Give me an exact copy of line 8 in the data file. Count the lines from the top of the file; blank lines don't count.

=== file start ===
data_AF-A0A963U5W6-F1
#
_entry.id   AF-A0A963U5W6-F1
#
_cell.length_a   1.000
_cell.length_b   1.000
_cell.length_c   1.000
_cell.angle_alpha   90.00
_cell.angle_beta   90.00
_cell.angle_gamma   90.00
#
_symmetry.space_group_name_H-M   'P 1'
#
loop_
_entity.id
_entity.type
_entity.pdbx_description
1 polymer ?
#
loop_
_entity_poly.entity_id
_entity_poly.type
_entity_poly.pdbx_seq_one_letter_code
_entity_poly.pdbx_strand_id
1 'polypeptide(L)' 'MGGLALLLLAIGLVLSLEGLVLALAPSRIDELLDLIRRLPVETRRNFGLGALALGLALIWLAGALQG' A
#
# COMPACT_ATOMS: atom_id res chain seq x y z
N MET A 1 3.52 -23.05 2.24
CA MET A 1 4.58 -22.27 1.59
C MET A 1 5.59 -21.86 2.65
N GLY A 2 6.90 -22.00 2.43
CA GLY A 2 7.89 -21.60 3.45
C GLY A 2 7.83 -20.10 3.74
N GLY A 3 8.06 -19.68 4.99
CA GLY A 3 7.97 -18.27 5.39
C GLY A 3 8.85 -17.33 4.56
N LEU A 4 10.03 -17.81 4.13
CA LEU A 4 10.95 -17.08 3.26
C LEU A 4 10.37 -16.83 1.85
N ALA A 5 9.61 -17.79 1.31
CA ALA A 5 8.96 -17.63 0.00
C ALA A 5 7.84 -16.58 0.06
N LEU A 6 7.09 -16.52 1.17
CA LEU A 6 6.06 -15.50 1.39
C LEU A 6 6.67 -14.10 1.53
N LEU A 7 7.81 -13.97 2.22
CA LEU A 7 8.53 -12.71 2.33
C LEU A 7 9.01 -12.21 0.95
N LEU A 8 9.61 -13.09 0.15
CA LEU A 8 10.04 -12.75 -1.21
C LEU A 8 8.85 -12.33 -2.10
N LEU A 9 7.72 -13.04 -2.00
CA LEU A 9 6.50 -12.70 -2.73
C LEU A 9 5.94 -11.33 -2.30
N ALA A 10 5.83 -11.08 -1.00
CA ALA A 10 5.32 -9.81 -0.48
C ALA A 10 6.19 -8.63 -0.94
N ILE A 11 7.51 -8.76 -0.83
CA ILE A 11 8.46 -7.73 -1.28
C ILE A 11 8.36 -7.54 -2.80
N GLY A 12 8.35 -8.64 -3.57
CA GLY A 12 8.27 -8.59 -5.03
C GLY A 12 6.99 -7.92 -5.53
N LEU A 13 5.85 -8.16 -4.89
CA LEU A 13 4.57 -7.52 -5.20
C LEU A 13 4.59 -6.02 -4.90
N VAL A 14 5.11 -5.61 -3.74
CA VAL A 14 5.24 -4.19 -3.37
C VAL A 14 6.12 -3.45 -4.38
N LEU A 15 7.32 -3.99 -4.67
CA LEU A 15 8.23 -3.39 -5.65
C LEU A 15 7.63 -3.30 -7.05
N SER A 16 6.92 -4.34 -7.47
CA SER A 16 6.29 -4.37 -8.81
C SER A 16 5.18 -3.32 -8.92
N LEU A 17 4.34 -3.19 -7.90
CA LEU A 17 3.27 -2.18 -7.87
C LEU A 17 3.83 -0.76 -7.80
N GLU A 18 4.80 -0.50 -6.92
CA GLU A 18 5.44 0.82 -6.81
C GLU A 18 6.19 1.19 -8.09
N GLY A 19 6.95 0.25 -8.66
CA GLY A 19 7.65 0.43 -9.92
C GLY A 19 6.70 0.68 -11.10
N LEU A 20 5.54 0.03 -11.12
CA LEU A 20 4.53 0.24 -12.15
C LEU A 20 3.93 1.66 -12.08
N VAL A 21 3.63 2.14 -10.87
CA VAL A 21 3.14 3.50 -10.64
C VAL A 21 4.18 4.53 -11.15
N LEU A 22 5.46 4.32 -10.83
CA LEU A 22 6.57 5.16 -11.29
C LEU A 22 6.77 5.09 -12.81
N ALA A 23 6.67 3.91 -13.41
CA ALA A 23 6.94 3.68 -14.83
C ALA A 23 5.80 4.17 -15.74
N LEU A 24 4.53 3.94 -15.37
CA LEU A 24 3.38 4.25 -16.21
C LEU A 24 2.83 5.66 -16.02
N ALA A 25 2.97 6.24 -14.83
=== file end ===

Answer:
_cell.angle_alpha   90.00